Before applying for the course, it is essential to have some work experience – my particular vet school ask for a minimum of ten weeks and it should include things like working in kennels, on a dairy farm, at a stable and in veterinary practices. As a five year course, it’s best to get an idea of what you’re getting into before you sign up! You will also be interviewed about these when applying so make sure you know your stuff!

so-you-want-to-study-veterinary-medicine-emma
Having fun at the Vets Halfway Weekend in the Lake District!

The work load can be overwhelming at times but many of the vet schools have very active societies and organise lots of social events – work hard, play hard! It is like a big vetty family and it’s so lovely and supportive! You will have to give up more of your time in the holidays too in order to do compulsory placements, but these are usually really fun!

Getting into vet school is tough as there are only 8 in the country with limited places! It took me two goes and I was heartbroken not to get in the first time, but it’s so important not to give up on your dream – and this was mine!

emma-a-little-freckle-studing-veterinary-science

I have so much to say about this topic as it is without a doubt my biggest passion, so if anybody is thinking about being a vet, I would love for you to contact me to find out more!


Thanks so much to Emma for taking the time to write this post! You can find her blogging away over at A Little Freckle, or follow her on twitter at @alfreckle and instagram at @reils92!

I’m so pleased to have the first in this series live – keep your eyes peeled for the next post, which will go up two weeks from now!! And remember to check out my last post to find out how you could win a copy of the amazing book “How to be a Knowledge Ninja” by Graham Allcott!

If you would like to write a guest post for this series, please drop me an email at thestudentswitchboard@gmail.com, or contact me at any of the social media links below!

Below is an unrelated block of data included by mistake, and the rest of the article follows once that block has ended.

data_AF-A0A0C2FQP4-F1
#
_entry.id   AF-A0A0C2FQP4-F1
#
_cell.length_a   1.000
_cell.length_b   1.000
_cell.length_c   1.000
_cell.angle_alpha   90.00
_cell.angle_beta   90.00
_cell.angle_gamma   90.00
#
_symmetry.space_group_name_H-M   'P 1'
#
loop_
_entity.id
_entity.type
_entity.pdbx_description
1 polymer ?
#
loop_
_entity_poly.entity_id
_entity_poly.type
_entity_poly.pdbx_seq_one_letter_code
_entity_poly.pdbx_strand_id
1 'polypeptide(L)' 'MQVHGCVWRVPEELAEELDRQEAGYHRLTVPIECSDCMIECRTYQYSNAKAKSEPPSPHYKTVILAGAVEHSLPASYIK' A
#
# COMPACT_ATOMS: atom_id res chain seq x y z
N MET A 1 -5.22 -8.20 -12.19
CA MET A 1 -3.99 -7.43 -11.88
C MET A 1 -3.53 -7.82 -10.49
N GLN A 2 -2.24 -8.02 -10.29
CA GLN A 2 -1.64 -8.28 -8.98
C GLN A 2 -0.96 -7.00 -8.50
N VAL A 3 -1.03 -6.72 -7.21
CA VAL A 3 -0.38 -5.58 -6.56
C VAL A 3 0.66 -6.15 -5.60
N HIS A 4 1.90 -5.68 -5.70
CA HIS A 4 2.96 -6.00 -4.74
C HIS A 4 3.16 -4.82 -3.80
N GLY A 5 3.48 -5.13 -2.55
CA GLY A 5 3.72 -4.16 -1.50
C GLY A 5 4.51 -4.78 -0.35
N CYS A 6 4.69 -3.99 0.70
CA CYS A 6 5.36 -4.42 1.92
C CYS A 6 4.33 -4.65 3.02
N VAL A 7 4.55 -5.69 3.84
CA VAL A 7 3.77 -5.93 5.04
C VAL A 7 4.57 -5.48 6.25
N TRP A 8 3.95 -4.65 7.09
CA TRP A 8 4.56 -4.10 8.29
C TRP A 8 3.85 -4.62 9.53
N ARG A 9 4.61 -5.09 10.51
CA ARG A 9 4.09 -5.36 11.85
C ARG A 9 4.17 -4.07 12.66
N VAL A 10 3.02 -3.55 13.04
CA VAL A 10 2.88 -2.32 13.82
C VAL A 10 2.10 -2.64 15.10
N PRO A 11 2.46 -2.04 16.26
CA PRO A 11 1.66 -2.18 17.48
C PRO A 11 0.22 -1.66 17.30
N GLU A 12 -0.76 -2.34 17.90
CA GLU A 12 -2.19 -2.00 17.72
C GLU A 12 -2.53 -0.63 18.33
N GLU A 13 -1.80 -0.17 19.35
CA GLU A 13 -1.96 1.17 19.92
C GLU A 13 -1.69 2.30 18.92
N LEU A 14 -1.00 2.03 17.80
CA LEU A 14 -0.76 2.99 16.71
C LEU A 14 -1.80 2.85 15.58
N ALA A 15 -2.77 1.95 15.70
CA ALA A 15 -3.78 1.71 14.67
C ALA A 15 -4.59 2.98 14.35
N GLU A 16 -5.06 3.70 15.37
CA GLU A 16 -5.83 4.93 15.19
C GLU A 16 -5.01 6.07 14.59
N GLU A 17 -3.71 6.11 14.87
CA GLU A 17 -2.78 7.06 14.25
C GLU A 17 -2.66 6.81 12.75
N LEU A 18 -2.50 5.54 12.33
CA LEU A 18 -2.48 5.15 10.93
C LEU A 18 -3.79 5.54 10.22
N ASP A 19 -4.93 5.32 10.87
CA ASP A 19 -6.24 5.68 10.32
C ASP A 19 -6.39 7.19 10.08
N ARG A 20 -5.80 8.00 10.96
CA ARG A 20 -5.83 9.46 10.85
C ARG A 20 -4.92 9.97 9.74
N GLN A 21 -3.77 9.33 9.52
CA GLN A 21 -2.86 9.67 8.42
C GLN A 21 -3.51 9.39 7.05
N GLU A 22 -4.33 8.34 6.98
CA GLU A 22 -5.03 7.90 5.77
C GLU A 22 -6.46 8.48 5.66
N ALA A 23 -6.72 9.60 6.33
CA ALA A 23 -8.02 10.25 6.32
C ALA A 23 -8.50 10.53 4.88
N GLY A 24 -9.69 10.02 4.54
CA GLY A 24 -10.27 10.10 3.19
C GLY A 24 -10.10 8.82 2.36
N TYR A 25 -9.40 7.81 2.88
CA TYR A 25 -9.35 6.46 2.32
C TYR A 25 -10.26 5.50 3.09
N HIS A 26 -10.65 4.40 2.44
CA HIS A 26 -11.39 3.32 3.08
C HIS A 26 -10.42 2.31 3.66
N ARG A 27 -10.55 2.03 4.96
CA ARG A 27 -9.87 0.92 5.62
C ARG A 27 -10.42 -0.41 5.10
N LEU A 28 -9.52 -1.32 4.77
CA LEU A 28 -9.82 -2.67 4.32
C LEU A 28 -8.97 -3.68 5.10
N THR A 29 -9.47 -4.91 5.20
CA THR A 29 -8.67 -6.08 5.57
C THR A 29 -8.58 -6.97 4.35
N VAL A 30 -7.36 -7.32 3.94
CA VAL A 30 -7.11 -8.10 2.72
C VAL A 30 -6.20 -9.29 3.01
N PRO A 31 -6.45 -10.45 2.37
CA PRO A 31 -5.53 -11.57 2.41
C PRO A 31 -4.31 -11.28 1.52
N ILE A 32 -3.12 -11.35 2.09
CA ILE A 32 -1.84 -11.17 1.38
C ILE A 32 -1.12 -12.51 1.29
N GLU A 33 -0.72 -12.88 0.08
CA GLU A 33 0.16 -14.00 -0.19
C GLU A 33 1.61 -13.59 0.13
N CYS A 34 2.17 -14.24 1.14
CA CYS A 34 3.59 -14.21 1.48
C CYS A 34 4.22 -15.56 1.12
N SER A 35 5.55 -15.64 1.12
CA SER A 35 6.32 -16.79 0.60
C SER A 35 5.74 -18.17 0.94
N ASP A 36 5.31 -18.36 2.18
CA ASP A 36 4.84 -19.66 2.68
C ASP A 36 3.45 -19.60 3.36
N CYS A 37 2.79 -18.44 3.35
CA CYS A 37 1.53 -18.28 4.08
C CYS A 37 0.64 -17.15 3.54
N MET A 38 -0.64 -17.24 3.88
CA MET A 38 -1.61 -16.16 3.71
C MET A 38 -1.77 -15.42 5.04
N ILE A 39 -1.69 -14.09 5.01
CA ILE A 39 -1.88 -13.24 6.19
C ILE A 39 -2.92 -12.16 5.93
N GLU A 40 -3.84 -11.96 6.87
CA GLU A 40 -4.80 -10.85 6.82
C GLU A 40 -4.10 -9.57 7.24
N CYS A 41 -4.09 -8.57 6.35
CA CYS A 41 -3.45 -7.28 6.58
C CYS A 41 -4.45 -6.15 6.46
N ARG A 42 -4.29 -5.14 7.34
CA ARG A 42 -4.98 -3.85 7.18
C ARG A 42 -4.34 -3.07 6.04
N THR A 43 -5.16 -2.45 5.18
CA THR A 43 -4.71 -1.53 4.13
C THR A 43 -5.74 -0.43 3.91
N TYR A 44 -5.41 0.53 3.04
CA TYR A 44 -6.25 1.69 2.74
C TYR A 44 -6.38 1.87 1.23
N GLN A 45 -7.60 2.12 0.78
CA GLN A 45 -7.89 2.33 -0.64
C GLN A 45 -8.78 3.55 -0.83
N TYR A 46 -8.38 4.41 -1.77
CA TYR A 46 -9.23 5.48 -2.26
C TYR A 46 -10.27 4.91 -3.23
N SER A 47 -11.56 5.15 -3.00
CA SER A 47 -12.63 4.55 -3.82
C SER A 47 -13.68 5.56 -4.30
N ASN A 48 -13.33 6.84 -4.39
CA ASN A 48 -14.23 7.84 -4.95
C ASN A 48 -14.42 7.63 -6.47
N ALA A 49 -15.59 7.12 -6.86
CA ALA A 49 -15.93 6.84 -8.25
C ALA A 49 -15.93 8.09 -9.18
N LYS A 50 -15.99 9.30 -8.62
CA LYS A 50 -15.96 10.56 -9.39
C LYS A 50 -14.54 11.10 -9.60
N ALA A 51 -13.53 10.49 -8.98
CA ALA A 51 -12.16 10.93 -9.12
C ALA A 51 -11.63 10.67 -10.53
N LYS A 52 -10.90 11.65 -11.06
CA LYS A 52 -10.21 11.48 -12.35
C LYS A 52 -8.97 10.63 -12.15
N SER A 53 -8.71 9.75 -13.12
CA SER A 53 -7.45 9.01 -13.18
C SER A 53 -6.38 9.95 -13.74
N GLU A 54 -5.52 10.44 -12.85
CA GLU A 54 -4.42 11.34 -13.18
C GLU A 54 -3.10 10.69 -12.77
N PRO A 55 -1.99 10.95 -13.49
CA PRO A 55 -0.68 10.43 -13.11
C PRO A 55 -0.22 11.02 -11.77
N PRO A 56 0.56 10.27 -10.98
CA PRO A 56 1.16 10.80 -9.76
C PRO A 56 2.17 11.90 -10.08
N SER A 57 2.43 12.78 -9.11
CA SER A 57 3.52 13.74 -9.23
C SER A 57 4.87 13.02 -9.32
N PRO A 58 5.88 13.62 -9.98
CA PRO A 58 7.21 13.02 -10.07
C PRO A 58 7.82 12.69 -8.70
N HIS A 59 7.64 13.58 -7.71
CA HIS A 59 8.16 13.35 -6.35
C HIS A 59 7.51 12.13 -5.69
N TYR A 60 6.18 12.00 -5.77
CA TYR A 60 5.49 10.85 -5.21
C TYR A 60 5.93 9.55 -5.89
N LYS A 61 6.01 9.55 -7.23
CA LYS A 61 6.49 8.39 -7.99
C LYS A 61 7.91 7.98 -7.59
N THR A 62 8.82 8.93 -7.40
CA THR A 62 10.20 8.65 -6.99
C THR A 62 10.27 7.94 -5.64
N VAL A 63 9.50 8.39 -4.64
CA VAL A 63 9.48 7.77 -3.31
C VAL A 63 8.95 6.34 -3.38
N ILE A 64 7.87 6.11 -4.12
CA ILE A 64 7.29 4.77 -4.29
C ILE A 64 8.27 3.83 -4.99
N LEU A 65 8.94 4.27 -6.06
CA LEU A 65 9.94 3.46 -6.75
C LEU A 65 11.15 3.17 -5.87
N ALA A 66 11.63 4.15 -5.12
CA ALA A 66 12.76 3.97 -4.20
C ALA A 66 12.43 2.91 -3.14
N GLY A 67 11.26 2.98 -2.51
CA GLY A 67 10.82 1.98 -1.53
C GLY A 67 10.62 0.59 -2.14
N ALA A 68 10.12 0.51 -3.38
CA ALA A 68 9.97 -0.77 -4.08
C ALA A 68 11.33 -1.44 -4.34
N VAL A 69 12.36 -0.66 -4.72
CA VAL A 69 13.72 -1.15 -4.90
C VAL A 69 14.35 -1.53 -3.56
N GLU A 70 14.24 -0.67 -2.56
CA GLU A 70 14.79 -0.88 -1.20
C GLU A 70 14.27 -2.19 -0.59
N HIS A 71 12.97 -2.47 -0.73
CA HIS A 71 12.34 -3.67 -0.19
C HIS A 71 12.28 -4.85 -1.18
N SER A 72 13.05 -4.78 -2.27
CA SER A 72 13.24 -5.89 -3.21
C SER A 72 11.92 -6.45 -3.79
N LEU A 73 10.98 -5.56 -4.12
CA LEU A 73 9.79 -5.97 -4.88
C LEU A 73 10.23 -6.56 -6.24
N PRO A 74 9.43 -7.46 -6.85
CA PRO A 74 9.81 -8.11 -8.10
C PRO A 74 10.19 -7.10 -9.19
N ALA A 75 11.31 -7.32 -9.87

Thanks for reading – have a great weekend!

 YouTube | Facebook | Twitter | Pinterest | Instagram | Google+

Book Review and Giveaway! “How to be a Knowledge Ninja” by Graham Allcott

Hello all! Hope you’re having a great week! I know this is a seriously busy time of year!

I just wanted to let you know, if you’re not subscribed to my YouTube channel, that I have a super exciting video on there this week! I reviewed “How to be a Knowledge Ninja”, by Graham Allcott, a book which aims to help you “study smarter, focus better and achieve more”. It is packed full of amazing advice, but if you want to hear all my thoughts, check out the video!

What’s more, the lovely folks over at Icon Books, who published this gem of a productivity guide, have given me two copies of this book to give away to you guys! The giveaway is running on Twitter and on YouTube, and closes on Monday 6th April at 6pm. To enter, here’s what you have to do!

The knowledge ninja has nine characteristics, which are as follows:

Balance, zen-like calm, ruthlessness, being weapon savvy (using the right apps, planners etc to get organised!), stealth and camouflage, mindfulness, preparedness, focus and accepting that you are human, not superhuman (nobody is perfect!). So, with that in mind…

To enter on Twitter, follow me @studentswitch, and tweet me, using the hashtag #knowledgeninja telling me which ninja skill you’re keen to improve! Do you need more balance between study time and socialising? Or maybe you could do with improving your focus!

To enter on YouTube, subscribe to The Student Switchboard and leave me a comment, using the hashtag #knowledgeninja telling me which ninja skill you’re keen to improve. Could you do with learning to be more ruthless, and say no to extra time consuming projects?

Also, please feel free to share this video on Twitter – I was very kindly sent a copy of this book to read, but I can honestly say I think it is a brilliant resource.  There are chapters in there that have me rethinking the way I’ve done things all my life, and it is so well written!

Good luck!!

  YouTube | Facebook | Twitter | Pinterest | Instagram | Google+